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Wednesday, November 28, 2012

Strip Mining

Your Patch, before Today.

5.1 is already Live on the EU Servers. Why on Earth am I here then, when I could be checking out all the new content?

I owe a great deal to Twitter for keeping me abreast of the moment to moment changes in game: I watched yesterday as the US Servers were patched and it became increasingly apparent that a great deal of new content was coming as a surprise to those playing: standardisation of CRZ timezones, 'stealth' buffs and nerfs to various items. I think it is fair to say that far more things than usual weren't either announced in the patch notes or indeed stripdatamined by the big sites.

I sense this may be a deliberate move on Blizzard's part.

I've read various interviews on how Blizz Dev's hate the dataminers: it removes an element of surprise from events that they work hard to create dramatic tension and conflict within. I can imagine that has something to do with wanting to move away from a world where everyone knows exactly what you're going to do long before a Patch even goes live. This would also explain why a lot of people were caught out by yesterday's announcement: there is at least one Scenario as yet untested 'publically' and I'm surprised with the lack of datamined/reported knowledge on the Brawler's Guild. There's not been that much time to extract data to begin with. This is new territory for the company who asked a million people to test their new Expansion: could it be that we're moving to a situation where less (information) is more?

There was another notable departure in yesterday's Patch announcement: everyone was in on the game. There was no favouritism by Blizzard in announcing their intentions either: all fan sites knew simultaneously. I'd like to think that not only might we see more content, in regular does like this, but we're going to see Blizzard holding more cards closer to their chests. This approach does of course have both advantages and drawbacks, especially when it comes to testing encounters so they don't break when exposed to the massive player base. From what I can work out, there's quite a lot of busted stuff already emerging in the US, and I'm sure the same will be true when the EU gets up to speed.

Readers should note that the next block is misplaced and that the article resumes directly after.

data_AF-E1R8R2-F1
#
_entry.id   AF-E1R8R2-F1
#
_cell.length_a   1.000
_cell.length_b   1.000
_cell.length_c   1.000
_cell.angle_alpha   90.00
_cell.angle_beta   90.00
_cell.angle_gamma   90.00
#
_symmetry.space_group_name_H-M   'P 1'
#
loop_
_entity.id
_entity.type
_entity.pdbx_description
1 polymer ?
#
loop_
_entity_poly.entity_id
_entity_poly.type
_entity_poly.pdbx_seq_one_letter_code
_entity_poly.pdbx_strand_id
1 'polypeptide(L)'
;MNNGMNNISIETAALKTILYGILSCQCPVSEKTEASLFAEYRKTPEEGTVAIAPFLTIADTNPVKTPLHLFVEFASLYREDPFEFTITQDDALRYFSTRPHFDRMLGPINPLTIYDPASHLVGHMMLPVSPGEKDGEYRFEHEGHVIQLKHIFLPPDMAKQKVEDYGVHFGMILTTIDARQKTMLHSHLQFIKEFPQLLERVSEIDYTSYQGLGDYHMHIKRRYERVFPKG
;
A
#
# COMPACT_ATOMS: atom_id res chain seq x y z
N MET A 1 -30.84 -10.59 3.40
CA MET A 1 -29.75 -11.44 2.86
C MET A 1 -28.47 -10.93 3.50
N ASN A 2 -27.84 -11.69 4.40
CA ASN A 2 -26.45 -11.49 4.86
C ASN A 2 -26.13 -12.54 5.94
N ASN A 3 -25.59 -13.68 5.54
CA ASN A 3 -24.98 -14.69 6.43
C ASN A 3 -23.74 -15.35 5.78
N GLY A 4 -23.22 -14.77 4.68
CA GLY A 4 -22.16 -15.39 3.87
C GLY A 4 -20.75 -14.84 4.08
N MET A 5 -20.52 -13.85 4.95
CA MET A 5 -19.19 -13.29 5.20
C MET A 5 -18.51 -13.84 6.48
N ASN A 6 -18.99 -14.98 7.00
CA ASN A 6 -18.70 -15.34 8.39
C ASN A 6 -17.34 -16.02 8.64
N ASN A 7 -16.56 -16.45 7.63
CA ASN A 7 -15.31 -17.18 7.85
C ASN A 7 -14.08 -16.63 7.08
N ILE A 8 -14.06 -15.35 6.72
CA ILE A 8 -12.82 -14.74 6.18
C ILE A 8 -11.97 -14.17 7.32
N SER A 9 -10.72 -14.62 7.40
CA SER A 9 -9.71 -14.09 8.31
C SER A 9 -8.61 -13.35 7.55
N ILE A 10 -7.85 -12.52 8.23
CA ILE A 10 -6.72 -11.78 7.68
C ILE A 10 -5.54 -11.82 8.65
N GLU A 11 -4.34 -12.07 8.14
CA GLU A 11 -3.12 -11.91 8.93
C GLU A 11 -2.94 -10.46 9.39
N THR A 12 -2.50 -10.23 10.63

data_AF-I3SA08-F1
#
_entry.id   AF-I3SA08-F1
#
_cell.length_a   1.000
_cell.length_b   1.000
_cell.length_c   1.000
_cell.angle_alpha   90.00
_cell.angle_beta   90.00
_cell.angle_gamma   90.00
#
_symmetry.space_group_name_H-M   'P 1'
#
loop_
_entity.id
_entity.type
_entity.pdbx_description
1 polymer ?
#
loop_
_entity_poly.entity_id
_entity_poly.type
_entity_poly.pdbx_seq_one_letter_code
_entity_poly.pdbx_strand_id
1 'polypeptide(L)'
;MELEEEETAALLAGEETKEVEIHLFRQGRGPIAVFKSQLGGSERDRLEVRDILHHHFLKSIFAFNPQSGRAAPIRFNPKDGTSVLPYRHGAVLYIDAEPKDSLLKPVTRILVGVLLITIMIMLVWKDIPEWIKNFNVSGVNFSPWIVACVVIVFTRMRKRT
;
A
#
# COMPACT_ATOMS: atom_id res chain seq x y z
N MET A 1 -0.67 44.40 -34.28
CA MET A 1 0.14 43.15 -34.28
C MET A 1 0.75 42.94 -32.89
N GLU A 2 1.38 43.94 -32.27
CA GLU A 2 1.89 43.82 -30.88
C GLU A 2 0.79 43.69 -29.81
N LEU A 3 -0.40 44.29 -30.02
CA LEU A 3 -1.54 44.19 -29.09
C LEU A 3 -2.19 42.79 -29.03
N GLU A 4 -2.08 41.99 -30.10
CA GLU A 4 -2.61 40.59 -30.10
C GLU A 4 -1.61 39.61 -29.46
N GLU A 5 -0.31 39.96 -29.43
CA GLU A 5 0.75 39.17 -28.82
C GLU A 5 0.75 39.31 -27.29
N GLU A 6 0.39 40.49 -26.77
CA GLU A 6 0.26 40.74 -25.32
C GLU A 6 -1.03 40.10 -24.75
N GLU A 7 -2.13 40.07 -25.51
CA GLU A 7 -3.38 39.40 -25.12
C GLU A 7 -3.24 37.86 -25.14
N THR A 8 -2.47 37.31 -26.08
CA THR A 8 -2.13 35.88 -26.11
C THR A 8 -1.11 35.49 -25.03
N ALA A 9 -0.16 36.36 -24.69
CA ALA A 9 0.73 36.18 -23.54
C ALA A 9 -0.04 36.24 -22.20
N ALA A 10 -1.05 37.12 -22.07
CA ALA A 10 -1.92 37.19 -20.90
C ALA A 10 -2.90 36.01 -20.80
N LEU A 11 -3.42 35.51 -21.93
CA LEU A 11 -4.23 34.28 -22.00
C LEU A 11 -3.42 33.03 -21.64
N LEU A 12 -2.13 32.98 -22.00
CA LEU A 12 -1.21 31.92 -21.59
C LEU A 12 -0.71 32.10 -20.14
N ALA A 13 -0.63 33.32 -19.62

When you're as large an entity Warcraft, very little comes as a surprise. That's been one of the major criticisms levelled at the game in recent years too, so I think we're at the start of a new era for the Designers and their most rabid of data-gathering supporters. I think we might have to start getting used to not knowing stuff, and not being prepared. I know that's going to be difficult and painful and make some of us get all itchy and uncomfortable, but the long-term payoff of actually having something genuine to look forward to should be worth the discomfort. The problem is going to come (as appears to be happening reading the thread on the CRZ master timezone change to PST in the US) with making people understand that change is a good thing, and is not an impairment. This is a GLOBAL game, guys, you're part of one of many localisations, and working on Pacific is not the end of all things. That's where the Blizzard Offices are. I'm in the UK and have worked on Paris time (CEST) since pretty much the word go. It's a sensible solution.

I for one welcome this new change. Surprise is a good thing. Let's have more of it, but at the same time let's make sensible decisions as to what gets shown the light of day and what doesn't. Most importantly, relying on websites to give you information should not be the default state, there should be more people encouraged to dive into the game and provide information themselves. Datamining is not the only way to learn, after all...

1 comment:

lometa said...

Last night we raided, and with some of the small new discoveries, we were all a twitter about them in vent. It was fun!